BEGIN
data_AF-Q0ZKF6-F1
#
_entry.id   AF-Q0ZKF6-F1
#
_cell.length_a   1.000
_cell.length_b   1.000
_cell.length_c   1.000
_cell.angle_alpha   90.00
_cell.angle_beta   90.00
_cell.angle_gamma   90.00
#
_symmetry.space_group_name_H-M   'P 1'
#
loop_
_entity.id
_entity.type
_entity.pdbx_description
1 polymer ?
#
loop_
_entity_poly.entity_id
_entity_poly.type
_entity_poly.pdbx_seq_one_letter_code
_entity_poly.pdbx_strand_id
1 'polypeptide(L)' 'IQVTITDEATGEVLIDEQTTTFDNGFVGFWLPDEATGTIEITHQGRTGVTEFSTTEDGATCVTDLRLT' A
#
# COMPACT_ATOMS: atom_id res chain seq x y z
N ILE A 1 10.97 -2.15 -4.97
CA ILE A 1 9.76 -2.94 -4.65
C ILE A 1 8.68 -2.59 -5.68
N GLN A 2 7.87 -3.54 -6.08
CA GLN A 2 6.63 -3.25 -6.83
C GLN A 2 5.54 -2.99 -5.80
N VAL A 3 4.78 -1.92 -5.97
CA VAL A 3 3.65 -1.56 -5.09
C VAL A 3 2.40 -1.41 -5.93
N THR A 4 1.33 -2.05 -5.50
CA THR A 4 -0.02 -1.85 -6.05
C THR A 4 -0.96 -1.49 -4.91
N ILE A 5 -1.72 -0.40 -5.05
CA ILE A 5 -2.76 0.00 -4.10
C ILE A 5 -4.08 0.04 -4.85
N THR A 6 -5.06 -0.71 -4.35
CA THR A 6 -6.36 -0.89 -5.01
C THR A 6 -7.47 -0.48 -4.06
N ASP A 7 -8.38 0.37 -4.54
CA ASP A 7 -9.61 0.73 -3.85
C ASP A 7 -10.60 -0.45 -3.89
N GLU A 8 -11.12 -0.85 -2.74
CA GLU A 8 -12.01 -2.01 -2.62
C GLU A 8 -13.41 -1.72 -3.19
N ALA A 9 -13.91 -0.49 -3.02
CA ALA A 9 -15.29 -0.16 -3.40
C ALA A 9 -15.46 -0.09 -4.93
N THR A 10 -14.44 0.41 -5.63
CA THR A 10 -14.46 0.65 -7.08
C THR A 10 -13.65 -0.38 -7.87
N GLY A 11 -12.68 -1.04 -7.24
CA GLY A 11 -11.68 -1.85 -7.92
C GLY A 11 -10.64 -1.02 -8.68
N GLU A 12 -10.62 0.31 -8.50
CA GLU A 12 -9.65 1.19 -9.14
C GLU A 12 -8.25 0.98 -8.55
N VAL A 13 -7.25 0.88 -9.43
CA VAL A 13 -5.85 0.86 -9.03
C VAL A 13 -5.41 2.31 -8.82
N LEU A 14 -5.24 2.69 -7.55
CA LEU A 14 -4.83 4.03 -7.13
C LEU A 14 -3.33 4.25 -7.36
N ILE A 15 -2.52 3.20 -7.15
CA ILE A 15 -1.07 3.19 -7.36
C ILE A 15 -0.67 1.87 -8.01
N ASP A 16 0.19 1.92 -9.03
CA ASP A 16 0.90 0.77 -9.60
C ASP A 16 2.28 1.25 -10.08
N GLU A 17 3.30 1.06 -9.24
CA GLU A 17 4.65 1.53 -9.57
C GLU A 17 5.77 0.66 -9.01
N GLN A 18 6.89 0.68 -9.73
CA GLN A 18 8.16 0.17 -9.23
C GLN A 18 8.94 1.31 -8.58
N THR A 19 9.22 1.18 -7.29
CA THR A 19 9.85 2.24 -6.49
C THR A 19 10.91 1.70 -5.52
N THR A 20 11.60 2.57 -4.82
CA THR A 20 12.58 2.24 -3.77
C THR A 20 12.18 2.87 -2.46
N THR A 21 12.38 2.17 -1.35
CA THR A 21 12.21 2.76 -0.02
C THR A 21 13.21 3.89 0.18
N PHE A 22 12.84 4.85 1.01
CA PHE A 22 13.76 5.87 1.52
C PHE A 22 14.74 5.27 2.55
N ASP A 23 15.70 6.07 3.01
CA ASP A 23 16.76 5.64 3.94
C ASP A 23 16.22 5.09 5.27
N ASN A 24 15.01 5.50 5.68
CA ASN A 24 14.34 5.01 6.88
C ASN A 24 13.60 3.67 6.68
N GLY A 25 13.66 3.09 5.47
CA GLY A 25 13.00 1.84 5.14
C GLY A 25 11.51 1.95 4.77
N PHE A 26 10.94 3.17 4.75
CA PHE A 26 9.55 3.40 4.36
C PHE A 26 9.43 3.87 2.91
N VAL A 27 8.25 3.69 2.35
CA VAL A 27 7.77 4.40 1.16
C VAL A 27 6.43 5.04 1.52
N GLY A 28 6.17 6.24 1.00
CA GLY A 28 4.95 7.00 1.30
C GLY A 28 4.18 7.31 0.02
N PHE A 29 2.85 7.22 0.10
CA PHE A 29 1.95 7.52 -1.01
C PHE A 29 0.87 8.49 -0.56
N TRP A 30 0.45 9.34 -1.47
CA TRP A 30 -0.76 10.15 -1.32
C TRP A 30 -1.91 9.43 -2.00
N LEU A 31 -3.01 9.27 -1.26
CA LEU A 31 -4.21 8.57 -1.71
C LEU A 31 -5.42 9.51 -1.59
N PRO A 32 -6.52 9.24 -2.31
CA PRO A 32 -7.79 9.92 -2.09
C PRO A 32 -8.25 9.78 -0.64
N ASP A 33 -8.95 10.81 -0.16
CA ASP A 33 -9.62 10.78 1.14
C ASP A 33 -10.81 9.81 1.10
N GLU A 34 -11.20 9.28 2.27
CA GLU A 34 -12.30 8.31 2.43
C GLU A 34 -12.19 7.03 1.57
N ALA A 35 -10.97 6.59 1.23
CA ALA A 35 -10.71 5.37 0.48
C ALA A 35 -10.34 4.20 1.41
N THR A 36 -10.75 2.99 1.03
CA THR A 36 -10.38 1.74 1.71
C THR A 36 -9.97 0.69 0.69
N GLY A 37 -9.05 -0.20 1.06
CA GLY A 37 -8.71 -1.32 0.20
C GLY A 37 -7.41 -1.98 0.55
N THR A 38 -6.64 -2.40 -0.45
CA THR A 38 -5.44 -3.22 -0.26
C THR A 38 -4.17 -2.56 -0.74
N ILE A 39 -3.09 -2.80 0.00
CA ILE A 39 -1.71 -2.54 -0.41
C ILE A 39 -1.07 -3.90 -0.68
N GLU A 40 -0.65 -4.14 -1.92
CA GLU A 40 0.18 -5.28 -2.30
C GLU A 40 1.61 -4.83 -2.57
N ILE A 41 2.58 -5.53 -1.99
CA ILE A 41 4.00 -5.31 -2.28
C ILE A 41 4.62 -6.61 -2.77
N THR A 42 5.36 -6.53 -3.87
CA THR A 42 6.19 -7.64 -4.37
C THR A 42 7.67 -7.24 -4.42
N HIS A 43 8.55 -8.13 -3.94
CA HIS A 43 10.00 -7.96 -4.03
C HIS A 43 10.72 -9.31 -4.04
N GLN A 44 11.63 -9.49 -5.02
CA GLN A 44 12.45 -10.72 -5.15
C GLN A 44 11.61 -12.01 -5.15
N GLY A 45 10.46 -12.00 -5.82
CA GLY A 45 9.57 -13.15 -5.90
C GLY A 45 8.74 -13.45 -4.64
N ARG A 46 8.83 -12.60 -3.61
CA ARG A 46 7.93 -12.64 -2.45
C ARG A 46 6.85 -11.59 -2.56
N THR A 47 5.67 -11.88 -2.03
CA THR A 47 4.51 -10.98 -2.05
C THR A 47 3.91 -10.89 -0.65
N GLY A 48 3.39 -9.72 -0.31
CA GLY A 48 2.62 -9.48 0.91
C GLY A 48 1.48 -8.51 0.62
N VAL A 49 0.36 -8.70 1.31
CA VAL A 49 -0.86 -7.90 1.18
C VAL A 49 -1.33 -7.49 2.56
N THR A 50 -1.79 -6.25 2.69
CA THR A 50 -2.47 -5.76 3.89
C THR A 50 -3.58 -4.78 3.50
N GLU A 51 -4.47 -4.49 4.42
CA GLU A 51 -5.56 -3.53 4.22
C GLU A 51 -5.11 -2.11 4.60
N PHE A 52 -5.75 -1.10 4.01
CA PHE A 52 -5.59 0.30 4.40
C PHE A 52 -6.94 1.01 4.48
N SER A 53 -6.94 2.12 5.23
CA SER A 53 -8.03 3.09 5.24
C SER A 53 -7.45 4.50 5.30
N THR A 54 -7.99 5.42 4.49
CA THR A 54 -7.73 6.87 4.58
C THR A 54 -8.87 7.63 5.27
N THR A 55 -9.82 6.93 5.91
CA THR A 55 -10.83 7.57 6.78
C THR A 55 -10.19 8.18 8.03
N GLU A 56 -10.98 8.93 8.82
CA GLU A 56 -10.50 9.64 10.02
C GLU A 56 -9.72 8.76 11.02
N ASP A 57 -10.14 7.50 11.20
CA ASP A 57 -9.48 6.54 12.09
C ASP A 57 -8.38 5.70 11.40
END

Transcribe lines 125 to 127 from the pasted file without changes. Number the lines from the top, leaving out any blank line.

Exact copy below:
CA ASP A 33 -9.62 10.78 1.14
C ASP A 33 -10.81 9.81 1.10
N GLU A 34 -11.20 9.28 2.27